It is widely known that Shakespeare uses prose for the language spoken by ordinary folk and verse for the high-born, the noble, the members of the upper classes.
The society in which Shakespeare lived was much more hierarchical than contemporary society. Although it was technically possible to rise from lowly origins to become a wealthy owner of land—the ultimate source of social status in Shakespeare's day—most people spent the rest of their lives in the class to which they had been born.
As a man of his time, Shakespeare reflects contemporary class distinctions in his work. He does this, as we have seen, by using prose as the form of speech for common people and verse for the social elite. In A Midsummer Night's Dream, for example, we have Nick Bottom, a humble weaver, speaking in a language with which Shakespeare's audience would've identified:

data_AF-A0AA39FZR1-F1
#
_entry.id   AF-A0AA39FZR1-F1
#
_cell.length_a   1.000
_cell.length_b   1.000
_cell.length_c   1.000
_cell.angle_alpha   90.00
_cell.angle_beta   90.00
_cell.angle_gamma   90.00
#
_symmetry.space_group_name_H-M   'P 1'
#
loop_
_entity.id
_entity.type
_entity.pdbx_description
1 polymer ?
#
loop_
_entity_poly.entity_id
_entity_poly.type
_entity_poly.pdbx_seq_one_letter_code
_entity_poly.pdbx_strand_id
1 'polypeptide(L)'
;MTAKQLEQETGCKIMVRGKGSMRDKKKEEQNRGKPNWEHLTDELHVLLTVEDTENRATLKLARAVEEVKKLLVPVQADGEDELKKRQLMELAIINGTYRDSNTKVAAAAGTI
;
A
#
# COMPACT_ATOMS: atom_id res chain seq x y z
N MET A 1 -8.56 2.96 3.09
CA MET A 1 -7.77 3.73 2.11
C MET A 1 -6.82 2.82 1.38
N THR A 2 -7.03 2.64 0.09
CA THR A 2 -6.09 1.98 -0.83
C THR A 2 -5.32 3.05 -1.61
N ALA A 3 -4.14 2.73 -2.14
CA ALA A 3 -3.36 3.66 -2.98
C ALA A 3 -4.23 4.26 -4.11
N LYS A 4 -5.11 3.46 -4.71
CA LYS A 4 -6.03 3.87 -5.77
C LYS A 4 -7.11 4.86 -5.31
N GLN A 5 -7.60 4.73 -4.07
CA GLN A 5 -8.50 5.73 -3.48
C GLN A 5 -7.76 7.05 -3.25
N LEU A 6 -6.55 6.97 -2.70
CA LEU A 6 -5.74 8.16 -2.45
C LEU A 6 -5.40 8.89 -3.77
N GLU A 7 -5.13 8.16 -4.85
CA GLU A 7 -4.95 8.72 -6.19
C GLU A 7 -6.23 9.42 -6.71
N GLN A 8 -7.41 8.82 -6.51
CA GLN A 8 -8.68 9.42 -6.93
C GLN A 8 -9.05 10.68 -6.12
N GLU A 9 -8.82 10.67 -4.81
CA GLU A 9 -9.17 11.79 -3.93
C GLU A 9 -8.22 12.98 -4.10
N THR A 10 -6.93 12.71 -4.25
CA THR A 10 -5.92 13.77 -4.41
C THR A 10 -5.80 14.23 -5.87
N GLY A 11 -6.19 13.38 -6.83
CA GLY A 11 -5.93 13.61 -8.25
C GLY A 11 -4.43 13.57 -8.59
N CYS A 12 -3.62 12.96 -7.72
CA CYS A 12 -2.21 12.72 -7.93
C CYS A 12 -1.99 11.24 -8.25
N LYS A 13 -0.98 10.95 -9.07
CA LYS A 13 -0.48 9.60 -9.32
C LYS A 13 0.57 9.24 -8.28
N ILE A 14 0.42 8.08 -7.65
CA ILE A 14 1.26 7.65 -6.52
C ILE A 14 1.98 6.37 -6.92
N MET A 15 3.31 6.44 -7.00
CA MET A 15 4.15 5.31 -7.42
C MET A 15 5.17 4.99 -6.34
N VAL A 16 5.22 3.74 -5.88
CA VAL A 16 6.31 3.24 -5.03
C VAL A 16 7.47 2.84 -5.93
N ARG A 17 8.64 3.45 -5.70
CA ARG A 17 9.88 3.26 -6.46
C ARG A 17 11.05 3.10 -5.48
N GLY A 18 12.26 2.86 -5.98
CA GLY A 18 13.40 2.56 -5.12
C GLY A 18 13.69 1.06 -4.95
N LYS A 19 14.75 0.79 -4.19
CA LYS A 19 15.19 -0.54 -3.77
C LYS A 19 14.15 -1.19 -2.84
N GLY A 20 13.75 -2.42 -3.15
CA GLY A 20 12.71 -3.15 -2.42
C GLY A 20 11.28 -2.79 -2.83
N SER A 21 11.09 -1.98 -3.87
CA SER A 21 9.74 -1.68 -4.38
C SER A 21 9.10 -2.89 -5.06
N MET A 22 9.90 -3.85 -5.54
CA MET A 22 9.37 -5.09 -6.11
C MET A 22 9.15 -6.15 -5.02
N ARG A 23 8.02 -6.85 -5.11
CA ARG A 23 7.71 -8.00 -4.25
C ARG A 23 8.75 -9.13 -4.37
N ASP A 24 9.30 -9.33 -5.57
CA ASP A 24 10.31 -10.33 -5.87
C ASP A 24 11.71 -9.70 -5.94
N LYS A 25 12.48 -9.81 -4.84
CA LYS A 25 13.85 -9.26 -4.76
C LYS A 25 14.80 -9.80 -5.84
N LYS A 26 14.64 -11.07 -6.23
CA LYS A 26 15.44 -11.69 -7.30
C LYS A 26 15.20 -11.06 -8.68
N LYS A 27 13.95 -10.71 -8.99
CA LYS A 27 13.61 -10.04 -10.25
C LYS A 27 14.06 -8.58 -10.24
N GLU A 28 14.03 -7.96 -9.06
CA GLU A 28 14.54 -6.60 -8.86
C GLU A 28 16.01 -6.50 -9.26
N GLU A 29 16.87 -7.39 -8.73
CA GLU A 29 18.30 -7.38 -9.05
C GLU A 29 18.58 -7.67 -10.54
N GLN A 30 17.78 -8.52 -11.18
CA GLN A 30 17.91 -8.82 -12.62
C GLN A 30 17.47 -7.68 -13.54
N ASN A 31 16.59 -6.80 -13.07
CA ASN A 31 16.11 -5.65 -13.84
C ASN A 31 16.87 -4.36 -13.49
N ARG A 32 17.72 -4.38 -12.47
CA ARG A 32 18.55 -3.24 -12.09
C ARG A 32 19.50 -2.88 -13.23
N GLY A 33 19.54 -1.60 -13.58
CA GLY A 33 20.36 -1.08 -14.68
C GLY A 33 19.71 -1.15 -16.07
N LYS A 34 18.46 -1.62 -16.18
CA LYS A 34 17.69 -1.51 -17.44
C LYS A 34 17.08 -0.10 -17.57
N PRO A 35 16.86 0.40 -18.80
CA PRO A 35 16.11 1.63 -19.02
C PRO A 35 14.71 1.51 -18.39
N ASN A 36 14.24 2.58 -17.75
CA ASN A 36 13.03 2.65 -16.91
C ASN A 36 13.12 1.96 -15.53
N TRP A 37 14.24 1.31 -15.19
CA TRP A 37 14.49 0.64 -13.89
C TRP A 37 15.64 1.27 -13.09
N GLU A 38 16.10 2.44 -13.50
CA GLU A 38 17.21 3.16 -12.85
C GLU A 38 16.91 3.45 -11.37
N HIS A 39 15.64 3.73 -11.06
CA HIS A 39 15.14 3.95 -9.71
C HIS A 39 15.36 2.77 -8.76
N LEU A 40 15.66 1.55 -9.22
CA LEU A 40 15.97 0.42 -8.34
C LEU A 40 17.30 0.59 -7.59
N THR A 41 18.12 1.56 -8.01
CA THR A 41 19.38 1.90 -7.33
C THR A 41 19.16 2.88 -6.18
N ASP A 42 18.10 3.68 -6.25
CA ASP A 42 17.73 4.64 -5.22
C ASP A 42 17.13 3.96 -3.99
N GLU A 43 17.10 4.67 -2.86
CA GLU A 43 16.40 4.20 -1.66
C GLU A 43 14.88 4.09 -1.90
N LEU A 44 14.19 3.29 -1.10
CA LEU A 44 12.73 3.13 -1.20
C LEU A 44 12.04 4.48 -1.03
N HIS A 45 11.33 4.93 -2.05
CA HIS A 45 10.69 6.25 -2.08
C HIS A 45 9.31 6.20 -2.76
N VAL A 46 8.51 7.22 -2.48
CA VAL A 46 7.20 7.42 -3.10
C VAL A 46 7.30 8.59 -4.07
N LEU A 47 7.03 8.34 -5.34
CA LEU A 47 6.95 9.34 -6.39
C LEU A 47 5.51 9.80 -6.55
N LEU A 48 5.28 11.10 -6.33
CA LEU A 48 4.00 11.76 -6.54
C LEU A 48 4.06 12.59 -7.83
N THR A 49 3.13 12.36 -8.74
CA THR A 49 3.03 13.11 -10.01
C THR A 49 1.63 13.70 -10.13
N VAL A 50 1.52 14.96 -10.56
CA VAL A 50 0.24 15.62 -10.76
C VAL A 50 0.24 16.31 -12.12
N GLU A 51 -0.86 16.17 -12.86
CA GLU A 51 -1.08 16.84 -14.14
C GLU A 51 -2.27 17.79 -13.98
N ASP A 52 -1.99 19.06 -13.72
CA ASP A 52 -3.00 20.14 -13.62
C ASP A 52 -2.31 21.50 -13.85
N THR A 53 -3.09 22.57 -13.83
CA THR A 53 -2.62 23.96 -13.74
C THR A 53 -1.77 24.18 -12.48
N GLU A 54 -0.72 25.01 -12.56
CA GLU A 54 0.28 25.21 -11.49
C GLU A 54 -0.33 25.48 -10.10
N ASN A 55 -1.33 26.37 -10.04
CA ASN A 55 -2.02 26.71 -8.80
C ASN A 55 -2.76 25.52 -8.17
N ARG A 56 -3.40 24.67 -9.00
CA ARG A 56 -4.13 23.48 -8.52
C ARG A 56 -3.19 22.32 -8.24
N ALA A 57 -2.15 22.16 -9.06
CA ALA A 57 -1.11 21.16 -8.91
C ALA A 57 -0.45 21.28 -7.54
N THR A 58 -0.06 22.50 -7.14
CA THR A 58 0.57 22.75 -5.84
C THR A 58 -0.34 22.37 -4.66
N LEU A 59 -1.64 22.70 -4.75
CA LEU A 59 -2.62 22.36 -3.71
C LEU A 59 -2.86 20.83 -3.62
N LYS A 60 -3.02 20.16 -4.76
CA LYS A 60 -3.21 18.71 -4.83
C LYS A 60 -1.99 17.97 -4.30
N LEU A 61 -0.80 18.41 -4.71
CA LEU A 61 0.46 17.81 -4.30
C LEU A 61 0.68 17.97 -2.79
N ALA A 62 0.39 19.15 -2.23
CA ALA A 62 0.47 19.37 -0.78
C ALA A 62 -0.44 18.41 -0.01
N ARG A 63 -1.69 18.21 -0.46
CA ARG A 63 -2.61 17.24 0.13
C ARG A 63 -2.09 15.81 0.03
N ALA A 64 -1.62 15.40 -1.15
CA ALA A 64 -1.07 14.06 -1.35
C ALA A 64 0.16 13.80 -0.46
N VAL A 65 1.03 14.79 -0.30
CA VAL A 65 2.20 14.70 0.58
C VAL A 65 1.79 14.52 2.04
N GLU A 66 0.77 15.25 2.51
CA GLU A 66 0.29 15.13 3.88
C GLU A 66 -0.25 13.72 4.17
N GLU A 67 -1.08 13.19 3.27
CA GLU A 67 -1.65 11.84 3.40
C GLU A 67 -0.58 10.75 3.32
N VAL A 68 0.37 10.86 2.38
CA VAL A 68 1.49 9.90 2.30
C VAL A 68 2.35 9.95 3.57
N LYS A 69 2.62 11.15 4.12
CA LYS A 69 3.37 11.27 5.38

That will ask some tears in the true
performing of it. If I do it, let the
audience look to their eyes. I will
Powerful words but rendered in prose, in keeping with Bottom's status as an ordinary artisan.
In the same play, we see the use of verse in the lines spoken by Puck in act 2, scene 1:
Thou speakst aright;
I am that merry wanderer of the night.
I jeer to Oberon, and make him smile.
When I a fat and bean-fed horse beguile.
In this excerpt, we can see that there is a clear rhyme scheme, aabb. In most cases, however, Shakespeare uses blank verse, that is to say, verse that doesn't rhyme. Even so, the rhythm of such lines marks them out as verse all the same, therefore appropriate for a noble character.